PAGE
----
Glideways, Flyways and Stepping Stones
Wednesday, August 3, 2022
Partnering in the long-term recovery of the Great Eastern Ranges
WIRES has announced a partnership with the Great Eastern Ranges (GER) to support post fire recovery of wildlife across southeast Australia.
WIRES is providing $500,000 to deliver a series of coordinated, complementary and scalable projects to protect, restore and reconnect habitat in priority locations.
Glideways, Flyways and Stepping Stones will support over 22 species of wildlife impacted by the Black Summer bushfires, including endangered and vulnerable native animals such as koalas, greater gliders, spotted-tail quolls, masked owls and grey-headed flying-foxes.
Proposed initial priority recovery landscapes are:
1. Border Ranges & Upper Clarence
2. Greater Blue Mountains
3. South Coast
WIRES Chief Operating Officer, Kyla Shelley said “GER had the foresight to begin working on connectivity conservation 15 years ago, to protect natural resources across eastern Australia and stem the loss of native species. WIRES is looking forward to working closely with the GER and their regional partners to address the major threat of habitat loss impacting wildlife which has been exacerbated by the recent floods, fires, long-term drought, and climate change.”
“Through increased collaboration between landowners, conservation groups and governments at all levels, we can maximise the quality and biodiversity of available habitat in key locations, to rebuild and grow wildlife populations,” said Shelley.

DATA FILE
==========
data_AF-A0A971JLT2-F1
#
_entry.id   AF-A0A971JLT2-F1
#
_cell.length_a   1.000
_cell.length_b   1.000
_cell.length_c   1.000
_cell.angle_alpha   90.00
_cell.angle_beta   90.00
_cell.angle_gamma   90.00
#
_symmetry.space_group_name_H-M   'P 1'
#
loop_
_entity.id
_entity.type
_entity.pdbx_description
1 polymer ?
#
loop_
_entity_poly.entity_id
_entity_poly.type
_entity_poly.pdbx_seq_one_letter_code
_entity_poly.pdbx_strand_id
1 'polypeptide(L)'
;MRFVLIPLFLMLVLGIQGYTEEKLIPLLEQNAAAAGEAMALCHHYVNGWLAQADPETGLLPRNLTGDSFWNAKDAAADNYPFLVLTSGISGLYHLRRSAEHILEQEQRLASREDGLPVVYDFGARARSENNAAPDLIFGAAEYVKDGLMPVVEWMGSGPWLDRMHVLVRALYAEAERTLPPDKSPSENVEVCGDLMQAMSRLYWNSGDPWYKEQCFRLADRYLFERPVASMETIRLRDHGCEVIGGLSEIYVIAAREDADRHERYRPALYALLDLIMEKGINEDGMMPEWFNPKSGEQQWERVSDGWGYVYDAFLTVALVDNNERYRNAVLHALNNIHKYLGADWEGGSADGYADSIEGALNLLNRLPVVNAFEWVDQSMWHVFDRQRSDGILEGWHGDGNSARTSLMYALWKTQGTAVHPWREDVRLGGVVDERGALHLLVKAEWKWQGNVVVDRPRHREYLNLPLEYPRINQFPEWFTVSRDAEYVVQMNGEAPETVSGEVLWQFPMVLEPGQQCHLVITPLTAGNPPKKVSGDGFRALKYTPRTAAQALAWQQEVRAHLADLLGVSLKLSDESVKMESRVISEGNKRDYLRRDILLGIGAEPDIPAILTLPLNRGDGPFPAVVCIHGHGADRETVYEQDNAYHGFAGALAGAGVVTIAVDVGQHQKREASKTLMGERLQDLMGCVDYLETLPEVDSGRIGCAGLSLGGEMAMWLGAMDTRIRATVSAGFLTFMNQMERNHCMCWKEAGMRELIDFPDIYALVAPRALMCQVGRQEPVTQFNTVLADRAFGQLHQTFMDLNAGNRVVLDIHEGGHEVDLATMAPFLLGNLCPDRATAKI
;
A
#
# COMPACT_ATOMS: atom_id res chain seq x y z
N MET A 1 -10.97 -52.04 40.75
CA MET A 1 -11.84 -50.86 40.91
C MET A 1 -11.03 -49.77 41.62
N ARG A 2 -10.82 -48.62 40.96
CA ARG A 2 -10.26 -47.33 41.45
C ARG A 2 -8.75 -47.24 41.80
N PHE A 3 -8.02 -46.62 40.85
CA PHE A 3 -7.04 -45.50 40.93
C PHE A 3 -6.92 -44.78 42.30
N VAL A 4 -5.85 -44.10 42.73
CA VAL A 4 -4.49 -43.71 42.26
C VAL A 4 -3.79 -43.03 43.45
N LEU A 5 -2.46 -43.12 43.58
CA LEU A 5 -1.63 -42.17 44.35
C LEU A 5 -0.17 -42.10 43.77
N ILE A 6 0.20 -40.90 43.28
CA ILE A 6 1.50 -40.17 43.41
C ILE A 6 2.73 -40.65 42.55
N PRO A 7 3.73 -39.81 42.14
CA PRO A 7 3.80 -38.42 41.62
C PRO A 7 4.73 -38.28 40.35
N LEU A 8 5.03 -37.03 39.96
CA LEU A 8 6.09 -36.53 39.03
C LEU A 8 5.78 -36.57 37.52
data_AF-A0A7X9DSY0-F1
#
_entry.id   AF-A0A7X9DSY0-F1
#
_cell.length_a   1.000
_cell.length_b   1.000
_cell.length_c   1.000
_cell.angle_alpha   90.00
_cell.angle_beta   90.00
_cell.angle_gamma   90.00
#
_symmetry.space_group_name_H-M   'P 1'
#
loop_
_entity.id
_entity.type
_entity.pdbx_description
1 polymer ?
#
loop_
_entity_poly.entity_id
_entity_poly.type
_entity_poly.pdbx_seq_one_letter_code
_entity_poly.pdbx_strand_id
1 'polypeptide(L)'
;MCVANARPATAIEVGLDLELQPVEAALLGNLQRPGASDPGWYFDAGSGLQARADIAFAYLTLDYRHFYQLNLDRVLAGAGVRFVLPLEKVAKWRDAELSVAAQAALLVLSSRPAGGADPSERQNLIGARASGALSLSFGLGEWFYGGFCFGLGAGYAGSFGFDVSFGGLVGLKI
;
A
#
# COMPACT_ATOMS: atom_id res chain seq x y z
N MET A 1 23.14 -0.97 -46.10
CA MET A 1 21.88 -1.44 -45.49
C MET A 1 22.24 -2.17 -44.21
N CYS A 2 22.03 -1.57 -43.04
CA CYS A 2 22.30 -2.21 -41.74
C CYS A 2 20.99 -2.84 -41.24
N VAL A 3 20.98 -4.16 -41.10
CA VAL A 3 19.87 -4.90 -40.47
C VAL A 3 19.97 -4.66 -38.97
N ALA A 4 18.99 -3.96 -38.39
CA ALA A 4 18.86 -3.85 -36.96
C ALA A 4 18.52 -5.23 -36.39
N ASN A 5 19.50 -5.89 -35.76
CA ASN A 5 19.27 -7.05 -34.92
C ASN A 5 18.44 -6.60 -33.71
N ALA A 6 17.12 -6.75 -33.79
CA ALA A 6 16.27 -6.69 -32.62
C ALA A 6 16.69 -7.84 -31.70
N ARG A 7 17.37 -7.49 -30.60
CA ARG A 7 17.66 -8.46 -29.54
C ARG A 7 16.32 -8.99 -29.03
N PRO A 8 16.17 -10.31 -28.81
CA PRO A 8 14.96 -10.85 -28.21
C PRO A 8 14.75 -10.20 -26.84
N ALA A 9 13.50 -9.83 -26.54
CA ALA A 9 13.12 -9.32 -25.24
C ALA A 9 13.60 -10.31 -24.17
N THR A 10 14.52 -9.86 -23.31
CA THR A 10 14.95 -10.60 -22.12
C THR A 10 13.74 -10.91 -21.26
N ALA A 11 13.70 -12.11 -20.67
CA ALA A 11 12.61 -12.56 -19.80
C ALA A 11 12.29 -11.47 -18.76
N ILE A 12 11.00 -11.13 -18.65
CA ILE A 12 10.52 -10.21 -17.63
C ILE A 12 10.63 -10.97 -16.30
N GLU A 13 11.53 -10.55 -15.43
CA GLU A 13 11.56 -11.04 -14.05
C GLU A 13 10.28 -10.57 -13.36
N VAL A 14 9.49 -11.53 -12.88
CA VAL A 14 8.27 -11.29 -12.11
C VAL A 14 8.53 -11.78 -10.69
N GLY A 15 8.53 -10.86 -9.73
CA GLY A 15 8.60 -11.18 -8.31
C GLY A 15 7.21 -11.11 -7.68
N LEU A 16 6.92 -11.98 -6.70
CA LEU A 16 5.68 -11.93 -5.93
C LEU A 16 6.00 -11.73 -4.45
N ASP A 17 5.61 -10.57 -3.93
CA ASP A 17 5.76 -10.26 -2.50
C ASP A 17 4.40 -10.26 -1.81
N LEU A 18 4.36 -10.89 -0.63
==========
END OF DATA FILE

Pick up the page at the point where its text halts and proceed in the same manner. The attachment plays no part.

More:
According to Gary Howling, Chief Executive Officer Great Eastern Ranges Ltd. “Our partnership with WIRES will enable a growing network of landholders and other conservation organisations to work closely with carers to support the recovery of our habitats and wildlife. A focus of our efforts will be to restore locations that can serve as suitable release sites.”
“We will be using best practice science and trialling innovative approaches to support the recovery of wildlife and build resilience in the face of future climate disasters. This includes the use of scent detection dogs, drones and acoustic monitors for site assessments and to track the recovery of animal populations,” said Howling.
The project will be implemented over two years. It will include identifying suitable areas for regeneration of natural habitat, installation of nest boxes, supporting the recovery of wildlife populations and activities that enhance landscape resilience to future climate disasters.